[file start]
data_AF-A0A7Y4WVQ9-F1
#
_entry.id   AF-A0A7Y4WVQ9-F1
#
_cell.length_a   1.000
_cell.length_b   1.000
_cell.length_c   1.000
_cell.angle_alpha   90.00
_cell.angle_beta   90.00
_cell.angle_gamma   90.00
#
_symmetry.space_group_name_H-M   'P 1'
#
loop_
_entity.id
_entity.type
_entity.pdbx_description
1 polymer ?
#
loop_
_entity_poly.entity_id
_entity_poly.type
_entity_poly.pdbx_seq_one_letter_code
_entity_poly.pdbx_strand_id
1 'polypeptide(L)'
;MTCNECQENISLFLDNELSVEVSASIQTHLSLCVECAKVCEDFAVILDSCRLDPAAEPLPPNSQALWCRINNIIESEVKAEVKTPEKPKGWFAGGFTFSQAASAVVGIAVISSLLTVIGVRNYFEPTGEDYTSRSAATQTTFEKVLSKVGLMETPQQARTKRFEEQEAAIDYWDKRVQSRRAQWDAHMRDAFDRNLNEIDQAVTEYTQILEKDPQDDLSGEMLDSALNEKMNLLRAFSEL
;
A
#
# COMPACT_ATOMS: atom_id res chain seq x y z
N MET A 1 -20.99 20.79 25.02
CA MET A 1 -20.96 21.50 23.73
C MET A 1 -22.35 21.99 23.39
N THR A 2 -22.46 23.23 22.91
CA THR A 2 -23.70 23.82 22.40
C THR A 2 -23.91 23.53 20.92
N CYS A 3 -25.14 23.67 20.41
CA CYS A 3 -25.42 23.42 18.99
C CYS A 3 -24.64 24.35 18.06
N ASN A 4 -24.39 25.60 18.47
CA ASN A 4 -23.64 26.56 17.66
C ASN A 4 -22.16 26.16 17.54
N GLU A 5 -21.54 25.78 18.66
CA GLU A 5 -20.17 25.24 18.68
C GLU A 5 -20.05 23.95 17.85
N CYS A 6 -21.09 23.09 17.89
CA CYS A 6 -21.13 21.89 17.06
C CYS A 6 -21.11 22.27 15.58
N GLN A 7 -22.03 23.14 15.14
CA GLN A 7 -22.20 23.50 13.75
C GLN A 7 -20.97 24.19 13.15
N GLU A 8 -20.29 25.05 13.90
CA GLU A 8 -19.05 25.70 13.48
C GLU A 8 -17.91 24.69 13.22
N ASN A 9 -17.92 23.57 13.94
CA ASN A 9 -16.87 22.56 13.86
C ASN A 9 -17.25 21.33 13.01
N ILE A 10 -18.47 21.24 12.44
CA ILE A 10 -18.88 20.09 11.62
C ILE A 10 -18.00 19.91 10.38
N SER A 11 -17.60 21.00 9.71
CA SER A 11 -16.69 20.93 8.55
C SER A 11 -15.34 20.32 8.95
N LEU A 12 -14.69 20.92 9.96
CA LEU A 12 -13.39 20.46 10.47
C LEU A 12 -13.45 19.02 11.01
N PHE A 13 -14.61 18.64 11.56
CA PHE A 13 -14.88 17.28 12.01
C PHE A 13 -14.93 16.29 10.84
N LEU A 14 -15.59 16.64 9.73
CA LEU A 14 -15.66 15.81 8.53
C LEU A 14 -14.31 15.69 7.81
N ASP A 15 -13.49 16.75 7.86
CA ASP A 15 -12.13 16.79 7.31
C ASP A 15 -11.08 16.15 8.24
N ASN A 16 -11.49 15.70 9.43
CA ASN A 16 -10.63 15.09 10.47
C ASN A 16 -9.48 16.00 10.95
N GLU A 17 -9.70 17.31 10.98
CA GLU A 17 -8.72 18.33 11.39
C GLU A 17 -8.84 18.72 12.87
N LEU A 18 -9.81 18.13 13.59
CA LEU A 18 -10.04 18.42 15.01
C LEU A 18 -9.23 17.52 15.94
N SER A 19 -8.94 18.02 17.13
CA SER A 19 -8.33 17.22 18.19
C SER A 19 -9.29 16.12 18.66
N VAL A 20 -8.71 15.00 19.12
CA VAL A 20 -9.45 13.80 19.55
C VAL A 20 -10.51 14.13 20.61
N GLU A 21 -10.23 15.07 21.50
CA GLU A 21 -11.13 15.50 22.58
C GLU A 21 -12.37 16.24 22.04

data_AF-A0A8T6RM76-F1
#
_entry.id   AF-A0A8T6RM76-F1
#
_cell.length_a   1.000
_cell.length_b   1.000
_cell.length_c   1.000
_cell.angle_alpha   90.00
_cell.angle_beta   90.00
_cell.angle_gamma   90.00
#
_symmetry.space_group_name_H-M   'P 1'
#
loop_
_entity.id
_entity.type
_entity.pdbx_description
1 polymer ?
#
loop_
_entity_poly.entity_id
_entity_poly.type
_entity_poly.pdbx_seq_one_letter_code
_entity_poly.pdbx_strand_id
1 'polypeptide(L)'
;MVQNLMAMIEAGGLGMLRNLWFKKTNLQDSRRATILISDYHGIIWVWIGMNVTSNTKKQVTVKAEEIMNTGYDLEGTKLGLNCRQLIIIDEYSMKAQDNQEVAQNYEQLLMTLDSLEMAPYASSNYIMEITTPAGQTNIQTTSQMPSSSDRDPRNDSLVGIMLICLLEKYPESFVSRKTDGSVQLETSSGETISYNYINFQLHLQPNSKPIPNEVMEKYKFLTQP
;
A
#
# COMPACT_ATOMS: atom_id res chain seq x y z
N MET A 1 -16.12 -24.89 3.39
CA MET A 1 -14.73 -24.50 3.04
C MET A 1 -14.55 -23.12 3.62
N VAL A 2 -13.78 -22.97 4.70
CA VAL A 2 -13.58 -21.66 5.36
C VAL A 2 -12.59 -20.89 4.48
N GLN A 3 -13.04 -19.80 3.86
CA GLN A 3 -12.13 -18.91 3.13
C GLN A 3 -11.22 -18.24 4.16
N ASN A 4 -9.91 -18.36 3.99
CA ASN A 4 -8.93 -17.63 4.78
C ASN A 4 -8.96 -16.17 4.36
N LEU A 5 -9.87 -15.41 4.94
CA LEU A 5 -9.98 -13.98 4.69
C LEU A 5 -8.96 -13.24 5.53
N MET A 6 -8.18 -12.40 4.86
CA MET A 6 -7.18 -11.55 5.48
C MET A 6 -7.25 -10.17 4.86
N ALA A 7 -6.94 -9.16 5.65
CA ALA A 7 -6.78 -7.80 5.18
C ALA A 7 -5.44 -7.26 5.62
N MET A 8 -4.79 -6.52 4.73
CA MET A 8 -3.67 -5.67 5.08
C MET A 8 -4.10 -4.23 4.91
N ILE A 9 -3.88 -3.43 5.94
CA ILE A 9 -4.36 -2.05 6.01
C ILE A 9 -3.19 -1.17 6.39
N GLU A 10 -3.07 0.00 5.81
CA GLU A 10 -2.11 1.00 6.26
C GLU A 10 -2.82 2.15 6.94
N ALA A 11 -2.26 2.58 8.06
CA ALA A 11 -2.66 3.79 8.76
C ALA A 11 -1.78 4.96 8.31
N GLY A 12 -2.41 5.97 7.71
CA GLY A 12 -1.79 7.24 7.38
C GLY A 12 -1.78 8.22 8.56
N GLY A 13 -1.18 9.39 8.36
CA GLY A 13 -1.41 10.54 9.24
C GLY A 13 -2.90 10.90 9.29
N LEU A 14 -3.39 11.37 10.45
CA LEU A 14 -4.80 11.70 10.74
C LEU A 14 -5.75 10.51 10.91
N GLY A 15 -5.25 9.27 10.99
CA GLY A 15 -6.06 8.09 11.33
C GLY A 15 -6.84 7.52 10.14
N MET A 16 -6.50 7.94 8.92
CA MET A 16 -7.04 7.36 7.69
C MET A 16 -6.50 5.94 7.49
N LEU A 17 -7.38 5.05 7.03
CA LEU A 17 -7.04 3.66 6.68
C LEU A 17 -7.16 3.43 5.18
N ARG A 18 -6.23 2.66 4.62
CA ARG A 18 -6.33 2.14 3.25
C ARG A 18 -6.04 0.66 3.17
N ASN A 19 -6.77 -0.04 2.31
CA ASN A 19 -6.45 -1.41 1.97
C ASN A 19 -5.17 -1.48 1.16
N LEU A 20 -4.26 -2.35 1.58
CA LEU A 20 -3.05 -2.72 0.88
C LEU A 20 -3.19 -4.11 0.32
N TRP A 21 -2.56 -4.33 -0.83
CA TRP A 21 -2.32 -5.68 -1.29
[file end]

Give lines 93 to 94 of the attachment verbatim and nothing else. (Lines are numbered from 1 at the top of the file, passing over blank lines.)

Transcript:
C GLU A 21 -12.37 16.24 22.04

data_AF-A0A8T6RM76-F1